Clermont, Capitale-Nationale, Quebec

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Ville de Clermont.JPG
Coat of arms of Clermont
Coat of arms
Location within Charlevoix-Est RCM.
Location within Charlevoix-Est RCM.
Clermont is located in Central Quebec
Location in central Quebec.
Coordinates: 47°41′N 70°14′W / 47.683°N 70.233°W / 47.683; -70.233Coordinates: 47°41′N 70°14′W / 47.683°N 70.233°W / 47.683; -70.233[1]
Country  Canada
Province  Quebec
Region Capitale-Nationale
RCM Charlevoix-Est
Settled 1800
Constituted February 16, 1935
 • Mayor Jean-Pierre Gagnon
 • Federal riding Beauport—Côte-de-Beaupré—Île d'Orléans—Charlevoix
 • Prov. riding Charlevoix–Côte-de-Beaupré
 • Total 52.30 km2 (20.19 sq mi)
 • Land 51.59 km2 (19.92 sq mi)
Population (2016)[4]
 • Total 3,085
 • Density 69.8/km2 (181/sq mi)
 • Pop 2011-2016 Decrease 1.1%
 • Dwellings 1,394
Time zone EST (UTC−5)
 • Summer (DST) EDT (UTC−4)
Postal code(s) G4A
Area code(s) 418 and 581
Highways Route 138

Clermont is a ville in the Canadian province of Quebec, and the seat of government for the Charlevoix-Est Regional County Municipality. It is located on the southern banks of the Malbaie River.


Around 1800, the first settlers moved into the area, living primarily of agriculture. Followed by a saw and flour mill, tradeshops, and stores, a settlement grew that was then known as Chute Nairne. At the close of the century, the place attracted attention for its hydro-electric potential, and by 1900, a dam was built across the Malbaie River, supplying electricity to La Malbaie and surrounding area.[5]

In 1909, Rodolphe Forget founded the East Canada Power and Pulp Company, and wanting to profit from the phenomenal growth in the pulp and paper market, he built Chute Nairne's first paper mill in 1911. The industrial development changed the place from a rural and agricultural society to a rapidly growing urban community.[5]

Félix-Antoine Savard, famous Québécois author and at that time priest of the Parish of Saint-Étienne in La Malbaie, was also responsible for Chute Nairne. His parishioners there were upset about being left a bit to themselves and about being far away from the parish church. Savard, at the request of residents of Chute Nairne, petitioned the bishop of Chicoutimi, Charles Lamarche, to obtain permission for a new parish and church. The request was accepted on September 18, 1931, and the Parish of Saint-Philippe-de-la-Chute-Nairn was formed.[5]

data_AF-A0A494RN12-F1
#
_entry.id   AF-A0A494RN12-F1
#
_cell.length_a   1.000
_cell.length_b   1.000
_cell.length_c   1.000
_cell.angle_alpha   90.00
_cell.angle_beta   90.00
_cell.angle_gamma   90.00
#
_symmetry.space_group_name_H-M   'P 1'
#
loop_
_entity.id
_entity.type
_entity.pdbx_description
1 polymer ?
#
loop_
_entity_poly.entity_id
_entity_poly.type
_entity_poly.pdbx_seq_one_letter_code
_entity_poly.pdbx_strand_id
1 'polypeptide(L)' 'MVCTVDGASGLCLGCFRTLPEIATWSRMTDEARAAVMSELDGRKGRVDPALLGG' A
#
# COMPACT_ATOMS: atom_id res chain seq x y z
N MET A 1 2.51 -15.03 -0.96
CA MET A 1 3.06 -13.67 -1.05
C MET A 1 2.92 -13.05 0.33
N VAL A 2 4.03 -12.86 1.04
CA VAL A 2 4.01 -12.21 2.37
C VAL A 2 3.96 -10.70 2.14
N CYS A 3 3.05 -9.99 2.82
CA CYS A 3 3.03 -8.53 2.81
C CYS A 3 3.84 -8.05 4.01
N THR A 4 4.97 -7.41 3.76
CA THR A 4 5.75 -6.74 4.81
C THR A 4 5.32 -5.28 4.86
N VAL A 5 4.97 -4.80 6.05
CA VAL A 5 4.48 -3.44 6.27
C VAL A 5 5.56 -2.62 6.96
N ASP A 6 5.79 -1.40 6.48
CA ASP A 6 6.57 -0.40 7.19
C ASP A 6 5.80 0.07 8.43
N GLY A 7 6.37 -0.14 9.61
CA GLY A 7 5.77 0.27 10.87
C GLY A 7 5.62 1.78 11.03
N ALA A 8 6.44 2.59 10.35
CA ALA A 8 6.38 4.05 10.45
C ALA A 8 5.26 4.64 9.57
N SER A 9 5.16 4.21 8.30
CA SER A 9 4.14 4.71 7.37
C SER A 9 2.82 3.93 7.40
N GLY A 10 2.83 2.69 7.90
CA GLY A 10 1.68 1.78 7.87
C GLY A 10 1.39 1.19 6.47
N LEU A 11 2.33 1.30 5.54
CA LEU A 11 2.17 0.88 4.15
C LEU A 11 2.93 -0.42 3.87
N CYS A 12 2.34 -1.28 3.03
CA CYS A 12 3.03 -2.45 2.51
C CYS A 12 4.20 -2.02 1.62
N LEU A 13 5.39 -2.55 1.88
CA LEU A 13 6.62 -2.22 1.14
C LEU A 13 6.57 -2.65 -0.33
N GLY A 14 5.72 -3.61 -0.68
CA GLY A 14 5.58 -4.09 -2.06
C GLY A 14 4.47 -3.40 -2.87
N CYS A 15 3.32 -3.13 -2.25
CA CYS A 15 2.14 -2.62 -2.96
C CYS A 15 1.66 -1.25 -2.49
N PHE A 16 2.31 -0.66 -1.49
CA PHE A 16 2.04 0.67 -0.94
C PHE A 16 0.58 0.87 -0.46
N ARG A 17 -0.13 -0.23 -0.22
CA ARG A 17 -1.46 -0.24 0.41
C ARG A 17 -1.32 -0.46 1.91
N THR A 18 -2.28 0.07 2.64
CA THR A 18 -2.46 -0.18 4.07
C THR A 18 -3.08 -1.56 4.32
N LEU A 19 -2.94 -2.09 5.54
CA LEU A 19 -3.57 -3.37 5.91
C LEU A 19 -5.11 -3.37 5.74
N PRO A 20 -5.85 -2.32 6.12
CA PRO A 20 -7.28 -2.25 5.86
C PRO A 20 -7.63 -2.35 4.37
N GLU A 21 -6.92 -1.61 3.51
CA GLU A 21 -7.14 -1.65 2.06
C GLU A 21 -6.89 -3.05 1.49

On February 16, 1935, the place separated from La Malbaie and was incorporated as a municipality, officially adopting the name Clermont for the new municipality. Félix-Antoine Savard greatly admired and paid tribute to Blaise Pascal who came from Clermont-Ferrand in France.[1][5]

In 1949, Clermont changed its status to village and in 1967 to town.[1]



Historical Census Data - Clermont (Capitale-Nationale), Quebec[6]
Year Pop. ±%
1991 3,385 —    
1996 3,225 −4.7%
Year Pop. ±%
2001 3,078 −4.6%
2006 3,041 −1.2%
Year Pop. ±%
2011 3,118 +2.5%
2016 3,085 −1.1%

Private dwellings occupied by usual residents: 1,394 (total dwellings: 1,437)

Mother tongue:

  • English as first language: 0.3%
  • French as first language: 99.4%
  • English and French as first language: 0.3%
  • Other as first language: 0%


Clermont's economy centres on the Abitibi-Bowater paper mill, formerly the Donohue mill that was founded in 1936 by the brothers Timothy and Charles Donohue and employed close to a thousand people in the 1970s.[5]

Clermont is also the end of the Charlevoix Railway and therefore is an intermodal freight transport hub primarily for wood.

See also


  1. ^ a b c "Clermont (Ville)" (in French). Commission de toponymie du Québec. Retrieved 2010-05-21. 
  2. ^ a b Ministère des Affaires municipales, des Régions et de l'Occupation du territoire - Répertoire des municipalités: Clermont
  3. ^ Statistics Canada 2011 Census - Clermont census profile
  4. ^ Cite error: The named reference cp2016 was invoked but never defined (see the help page).
  5. ^ a b c d e "Informations municipales >> Historique de la ville" (in French). Ville de Clermont. Retrieved 2010-05-21. 
  6. ^ Statistics Canada: 1996, 2001, 2006, 2011 census

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